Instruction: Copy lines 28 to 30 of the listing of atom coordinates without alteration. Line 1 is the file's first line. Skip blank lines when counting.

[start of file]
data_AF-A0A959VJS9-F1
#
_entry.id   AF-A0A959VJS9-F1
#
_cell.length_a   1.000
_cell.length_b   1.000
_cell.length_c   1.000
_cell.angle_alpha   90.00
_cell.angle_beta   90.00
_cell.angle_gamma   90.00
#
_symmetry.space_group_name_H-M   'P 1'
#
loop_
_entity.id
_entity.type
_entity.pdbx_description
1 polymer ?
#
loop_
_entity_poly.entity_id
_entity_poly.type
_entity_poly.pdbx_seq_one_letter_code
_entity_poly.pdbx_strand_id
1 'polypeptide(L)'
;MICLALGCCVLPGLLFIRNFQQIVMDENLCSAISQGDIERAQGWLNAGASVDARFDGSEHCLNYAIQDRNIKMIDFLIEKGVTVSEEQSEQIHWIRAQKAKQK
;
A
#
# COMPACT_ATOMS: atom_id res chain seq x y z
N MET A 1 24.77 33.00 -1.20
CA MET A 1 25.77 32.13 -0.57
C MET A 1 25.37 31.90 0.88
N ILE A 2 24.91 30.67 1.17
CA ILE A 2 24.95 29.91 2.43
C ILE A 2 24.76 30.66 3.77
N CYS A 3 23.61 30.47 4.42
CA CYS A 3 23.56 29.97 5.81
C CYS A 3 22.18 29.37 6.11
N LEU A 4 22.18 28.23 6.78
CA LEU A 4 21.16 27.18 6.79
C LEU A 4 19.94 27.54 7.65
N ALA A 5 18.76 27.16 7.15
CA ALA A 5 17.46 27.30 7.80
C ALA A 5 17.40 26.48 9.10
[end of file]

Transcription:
A
#
# COMPACT_ATOMS: atom_id res chain seq x y z